Tuberculosis (TB) is one of the world’s most important infectious causes of morbidity and mortality among adults. An estimated one-third of the world’s population is infected with TB. In 2010, there were 8.8 million new, and 12.0 million prevalent cases of TB; 1.1 million deaths occurred among HIV-uninfected people and an additional 0.35 million deaths among HIV-infected people (WHO 2011a). Of the total new TB cases, an estimated 12% to 14% occurred among people living with HIV. Approximately one million TB cases occur in children younger than 15 years old annually (Marais 2010a). In 2010, the three countries with the highest number of new TB cases were India, China, and South Africa (WHO 2011a). In 2010, there were an estimated 650,000 cases of multidrug-resistant TB (MDR-TB), defined as resistance to at least isoniazid and rifampicin, the two most powerful first-line anti-TB drugs (WHO 2011a). TB is a treatable and curable disease; according to the World Health Organization (WHO), up to six million lives were saved with the expansion of Directly Observed Treatment Short-Course (DOTS; the basic package that underpins the Stop TB Strategy) (WHO 2010a). Early and accurate diagnosis and effective treatment is the cornerstone of TB care and control (Dye 2010). A basic tenet of early and accurate diagnosis is the identification of smear-negative disease (associated with HIV infection) and MDR-TB (WHO 2010b).
In 2011, poor diagnosis remains an obstacle to TB care and control, partly because TB diagnosis continues to rely on century-old tests. In most TB endemic countries, TB diagnosis is based on direct Ziehl-Neelsen sputum microscopy or chest radiography, tests with known shortcomings, especially in people with HIV infection (Harries 2004; Perkins 2007; Steingart 2006). Mycobacterial cultures are time consuming and have biosafety and training requirements, and culture capacity is limited in underserved and remote areas. Nucleic acid-amplification (NAA) tests, including polymerase chain reaction (PCR) tests, can rapidly detect Mycobacterium tuberculosis (M. tuberculosis), but studies of conventional NAA tests have shown relatively low sensitivity in sputum smear-negative patients (Flores 2005; Greco 2006; Ling 2008) and these assays can only be performed in laboratories with specialized equipment and expertise. The disappointing performance of these tools is compounded by the lack of access to health services with diagnostic laboratories (WHO 2010a). A substantial proportion (˜35%) of the estimated TB cases worldwide remain undiagnosed, including a staggering proportion (˜85%) of patients with MDR-TB (WHO 2011a). In addition, because of delays in diagnosis, TB patients have often been symptomatic for months, leading to increased illness and mortality, secondary drug resistance, and ongoing transmission. Simple and rapid diagnostic tests at the point of treatment in high-TB burden countries are urgently needed.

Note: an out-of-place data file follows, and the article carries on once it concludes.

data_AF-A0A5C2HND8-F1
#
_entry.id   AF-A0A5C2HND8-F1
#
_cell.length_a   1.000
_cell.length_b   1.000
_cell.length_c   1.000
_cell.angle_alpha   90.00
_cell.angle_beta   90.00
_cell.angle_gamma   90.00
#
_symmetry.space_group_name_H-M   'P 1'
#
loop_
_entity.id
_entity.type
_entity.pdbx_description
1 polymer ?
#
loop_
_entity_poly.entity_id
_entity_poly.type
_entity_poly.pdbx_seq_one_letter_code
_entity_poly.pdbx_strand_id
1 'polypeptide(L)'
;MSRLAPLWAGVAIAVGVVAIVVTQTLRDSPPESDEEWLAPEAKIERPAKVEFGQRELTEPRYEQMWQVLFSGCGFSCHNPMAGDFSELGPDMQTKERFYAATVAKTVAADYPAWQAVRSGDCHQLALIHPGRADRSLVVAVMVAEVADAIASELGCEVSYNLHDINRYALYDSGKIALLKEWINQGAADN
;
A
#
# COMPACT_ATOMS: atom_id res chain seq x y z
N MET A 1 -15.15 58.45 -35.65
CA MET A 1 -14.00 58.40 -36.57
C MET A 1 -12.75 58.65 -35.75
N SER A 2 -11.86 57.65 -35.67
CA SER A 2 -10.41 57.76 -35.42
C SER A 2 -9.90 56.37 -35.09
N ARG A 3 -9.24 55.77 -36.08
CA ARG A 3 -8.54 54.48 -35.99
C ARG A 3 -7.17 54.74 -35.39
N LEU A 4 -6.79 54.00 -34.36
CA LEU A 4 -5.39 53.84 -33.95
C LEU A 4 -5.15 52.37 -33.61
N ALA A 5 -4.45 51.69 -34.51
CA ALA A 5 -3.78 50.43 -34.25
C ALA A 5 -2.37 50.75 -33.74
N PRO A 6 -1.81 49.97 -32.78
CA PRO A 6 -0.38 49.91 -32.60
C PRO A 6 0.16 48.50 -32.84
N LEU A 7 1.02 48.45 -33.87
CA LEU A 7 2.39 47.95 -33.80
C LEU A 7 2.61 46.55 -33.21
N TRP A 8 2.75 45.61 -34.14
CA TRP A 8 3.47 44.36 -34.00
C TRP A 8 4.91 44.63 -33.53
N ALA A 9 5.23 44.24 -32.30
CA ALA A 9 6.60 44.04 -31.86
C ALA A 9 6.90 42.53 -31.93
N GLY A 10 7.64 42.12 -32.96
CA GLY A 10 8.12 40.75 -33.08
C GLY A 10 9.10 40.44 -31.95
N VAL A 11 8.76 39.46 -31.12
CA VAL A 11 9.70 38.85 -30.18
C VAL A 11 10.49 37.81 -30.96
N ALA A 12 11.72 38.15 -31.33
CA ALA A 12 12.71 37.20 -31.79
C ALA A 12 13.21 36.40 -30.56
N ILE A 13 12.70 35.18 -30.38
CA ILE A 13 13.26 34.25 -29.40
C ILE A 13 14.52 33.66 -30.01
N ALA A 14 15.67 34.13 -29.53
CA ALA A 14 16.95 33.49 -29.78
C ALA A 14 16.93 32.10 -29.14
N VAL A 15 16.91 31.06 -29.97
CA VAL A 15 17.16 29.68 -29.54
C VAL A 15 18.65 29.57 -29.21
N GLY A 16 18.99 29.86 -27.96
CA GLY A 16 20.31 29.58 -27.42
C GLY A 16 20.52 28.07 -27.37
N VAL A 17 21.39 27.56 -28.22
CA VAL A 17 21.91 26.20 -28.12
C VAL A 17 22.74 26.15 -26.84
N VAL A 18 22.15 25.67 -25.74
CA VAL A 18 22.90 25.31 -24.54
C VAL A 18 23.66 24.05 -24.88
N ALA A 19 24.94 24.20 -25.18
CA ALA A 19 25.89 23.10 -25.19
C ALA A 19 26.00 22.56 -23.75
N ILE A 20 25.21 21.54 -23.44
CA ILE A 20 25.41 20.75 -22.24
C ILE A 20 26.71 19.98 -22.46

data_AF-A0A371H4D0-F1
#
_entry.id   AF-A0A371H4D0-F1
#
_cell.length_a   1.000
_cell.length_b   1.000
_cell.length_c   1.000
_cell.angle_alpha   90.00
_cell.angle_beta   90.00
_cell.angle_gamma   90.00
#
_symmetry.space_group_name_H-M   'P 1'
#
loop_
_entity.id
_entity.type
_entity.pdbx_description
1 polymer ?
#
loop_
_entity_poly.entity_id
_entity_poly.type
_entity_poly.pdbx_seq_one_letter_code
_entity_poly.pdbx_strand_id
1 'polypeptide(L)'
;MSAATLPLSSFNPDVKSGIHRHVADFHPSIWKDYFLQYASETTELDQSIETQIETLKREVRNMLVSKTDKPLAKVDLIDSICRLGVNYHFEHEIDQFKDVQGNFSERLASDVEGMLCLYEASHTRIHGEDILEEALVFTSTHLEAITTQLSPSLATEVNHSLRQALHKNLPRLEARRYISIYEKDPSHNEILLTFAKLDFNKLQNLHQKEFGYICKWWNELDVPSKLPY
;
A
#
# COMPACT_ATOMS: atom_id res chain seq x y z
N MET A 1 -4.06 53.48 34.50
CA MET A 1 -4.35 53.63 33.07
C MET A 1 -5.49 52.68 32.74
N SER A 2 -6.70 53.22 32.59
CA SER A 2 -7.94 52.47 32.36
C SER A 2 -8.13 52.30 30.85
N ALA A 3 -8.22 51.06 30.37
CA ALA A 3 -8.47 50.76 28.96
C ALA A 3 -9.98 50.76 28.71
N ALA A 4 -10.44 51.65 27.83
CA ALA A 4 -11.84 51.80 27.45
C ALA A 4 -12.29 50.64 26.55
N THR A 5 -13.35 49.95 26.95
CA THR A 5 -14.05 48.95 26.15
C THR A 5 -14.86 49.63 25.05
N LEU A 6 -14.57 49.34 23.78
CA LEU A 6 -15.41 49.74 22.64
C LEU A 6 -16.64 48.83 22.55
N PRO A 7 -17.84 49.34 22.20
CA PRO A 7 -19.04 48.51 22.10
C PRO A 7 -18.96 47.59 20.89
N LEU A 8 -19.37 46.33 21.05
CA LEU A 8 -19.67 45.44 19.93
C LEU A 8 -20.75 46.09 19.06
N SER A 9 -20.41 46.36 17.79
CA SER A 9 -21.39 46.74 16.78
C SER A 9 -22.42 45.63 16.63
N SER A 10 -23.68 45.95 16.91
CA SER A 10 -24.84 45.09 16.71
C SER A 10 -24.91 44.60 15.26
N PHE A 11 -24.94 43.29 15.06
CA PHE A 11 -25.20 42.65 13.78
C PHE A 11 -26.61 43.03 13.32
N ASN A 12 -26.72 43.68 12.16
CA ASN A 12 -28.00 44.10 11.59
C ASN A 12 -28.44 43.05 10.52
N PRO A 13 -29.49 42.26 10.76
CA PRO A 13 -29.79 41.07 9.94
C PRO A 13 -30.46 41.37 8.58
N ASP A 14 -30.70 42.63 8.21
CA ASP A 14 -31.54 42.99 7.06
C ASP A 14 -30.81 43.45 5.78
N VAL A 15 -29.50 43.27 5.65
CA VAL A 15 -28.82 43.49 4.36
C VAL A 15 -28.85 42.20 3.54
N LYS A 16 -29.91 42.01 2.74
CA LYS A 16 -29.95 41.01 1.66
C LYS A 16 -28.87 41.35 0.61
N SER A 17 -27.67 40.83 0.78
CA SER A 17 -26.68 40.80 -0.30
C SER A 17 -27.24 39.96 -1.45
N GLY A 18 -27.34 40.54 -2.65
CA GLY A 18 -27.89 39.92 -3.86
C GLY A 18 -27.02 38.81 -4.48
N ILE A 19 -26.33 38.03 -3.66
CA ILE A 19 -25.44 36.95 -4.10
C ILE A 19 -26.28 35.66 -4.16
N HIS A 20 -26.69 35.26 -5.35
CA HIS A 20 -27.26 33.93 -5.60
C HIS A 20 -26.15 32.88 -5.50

Target condition being diagnosed